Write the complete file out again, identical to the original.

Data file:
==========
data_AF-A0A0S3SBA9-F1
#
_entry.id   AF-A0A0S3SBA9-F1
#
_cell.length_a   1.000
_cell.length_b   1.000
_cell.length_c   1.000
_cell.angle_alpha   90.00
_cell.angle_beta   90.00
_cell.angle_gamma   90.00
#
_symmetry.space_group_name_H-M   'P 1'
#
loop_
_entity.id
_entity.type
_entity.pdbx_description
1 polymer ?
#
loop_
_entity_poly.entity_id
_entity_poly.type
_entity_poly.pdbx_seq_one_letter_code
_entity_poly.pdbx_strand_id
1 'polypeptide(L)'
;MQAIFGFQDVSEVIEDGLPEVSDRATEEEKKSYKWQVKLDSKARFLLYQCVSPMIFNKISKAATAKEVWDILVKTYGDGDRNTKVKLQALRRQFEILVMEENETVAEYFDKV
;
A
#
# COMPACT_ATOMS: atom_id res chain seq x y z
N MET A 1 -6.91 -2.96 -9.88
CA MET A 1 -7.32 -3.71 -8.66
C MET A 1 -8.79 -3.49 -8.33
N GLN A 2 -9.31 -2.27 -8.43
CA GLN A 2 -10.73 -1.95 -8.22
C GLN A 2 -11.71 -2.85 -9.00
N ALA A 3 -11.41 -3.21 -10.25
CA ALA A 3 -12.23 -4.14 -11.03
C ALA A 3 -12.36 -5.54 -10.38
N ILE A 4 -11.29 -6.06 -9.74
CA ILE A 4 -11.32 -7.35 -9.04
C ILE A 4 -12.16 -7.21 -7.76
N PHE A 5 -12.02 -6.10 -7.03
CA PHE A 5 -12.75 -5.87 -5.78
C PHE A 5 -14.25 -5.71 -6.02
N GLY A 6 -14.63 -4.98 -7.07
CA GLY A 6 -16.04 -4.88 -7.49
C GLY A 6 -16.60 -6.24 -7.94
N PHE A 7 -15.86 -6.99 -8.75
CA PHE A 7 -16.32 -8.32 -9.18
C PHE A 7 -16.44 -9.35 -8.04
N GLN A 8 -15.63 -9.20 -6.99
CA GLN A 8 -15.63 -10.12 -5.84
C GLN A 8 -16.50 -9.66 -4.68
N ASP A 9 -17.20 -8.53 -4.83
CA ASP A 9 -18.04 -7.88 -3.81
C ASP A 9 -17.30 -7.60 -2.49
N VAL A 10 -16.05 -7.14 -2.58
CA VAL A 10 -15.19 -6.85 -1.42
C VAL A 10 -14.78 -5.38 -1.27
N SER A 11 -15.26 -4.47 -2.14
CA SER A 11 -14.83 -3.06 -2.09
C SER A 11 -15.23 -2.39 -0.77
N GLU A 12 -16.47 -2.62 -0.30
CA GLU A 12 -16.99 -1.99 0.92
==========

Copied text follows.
data_AF-A0A0S3SBA9-F1
#
_entry.id   AF-A0A0S3SBA9-F1
#
_cell.length_a   1.000
_cell.length_b   1.000
_cell.length_c   1.000
_cell.angle_alpha   90.00
_cell.angle_beta   90.00
_cell.angle_gamma   90.00
#
_symmetry.space_group_name_H-M   'P 1'
#
loop_
_entity.id
_entity.type
_entity.pdbx_description
1 polymer ?
#
loop_
_entity_poly.entity_id
_entity_poly.type
_entity_poly.pdbx_seq_one_letter_code
_entity_poly.pdbx_strand_id
1 'polypeptide(L)'
;MQAIFGFQDVSEVIEDGLPEVSDRATEEEKKSYKWQVKLDSKARFLLYQCVSPMIFNKISKAATAKEVWDILVKTYGDGDRNTKVKLQALRRQFEILVMEENETVAEYFDKV
;
A
#
# COMPACT_ATOMS: atom_id res chain seq x y z
N MET A 1 -6.91 -2.96 -9.88
CA MET A 1 -7.32 -3.71 -8.66
C MET A 1 -8.79 -3.49 -8.33
N GLN A 2 -9.31 -2.27 -8.43
CA GLN A 2 -10.73 -1.95 -8.22
C GLN A 2 -11.71 -2.85 -9.00
N ALA A 3 -11.41 -3.21 -10.25
CA ALA A 3 -12.23 -4.14 -11.03
C ALA A 3 -12.36 -5.54 -10.38
N ILE A 4 -11.29 -6.06 -9.74
CA ILE A 4 -11.32 -7.35 -9.04
C ILE A 4 -12.16 -7.21 -7.76
N PHE A 5 -12.02 -6.10 -7.03
CA PHE A 5 -12.75 -5.87 -5.78
C PHE A 5 -14.25 -5.71 -6.02
N GLY A 6 -14.63 -4.98 -7.07
CA GLY A 6 -16.04 -4.88 -7.49
C GLY A 6 -16.60 -6.24 -7.94
N PHE A 7 -15.86 -6.99 -8.75
CA PHE A 7 -16.32 -8.32 -9.18
C PHE A 7 -16.44 -9.35 -8.04
N GLN A 8 -15.63 -9.20 -6.99
CA GLN A 8 -15.63 -10.12 -5.84
C GLN A 8 -16.50 -9.66 -4.68
N ASP A 9 -17.20 -8.53 -4.83
CA ASP A 9 -18.04 -7.88 -3.81
C ASP A 9 -17.30 -7.60 -2.49
N VAL A 10 -16.05 -7.14 -2.58
CA VAL A 10 -15.19 -6.85 -1.42
C VAL A 10 -14.78 -5.38 -1.27
N SER A 11 -15.26 -4.47 -2.14
CA SER A 11 -14.83 -3.06 -2.09
C SER A 11 -15.23 -2.39 -0.77
N GLU A 12 -16.47 -2.62 -0.30
CA GLU A 12 -16.99 -1.99 0.92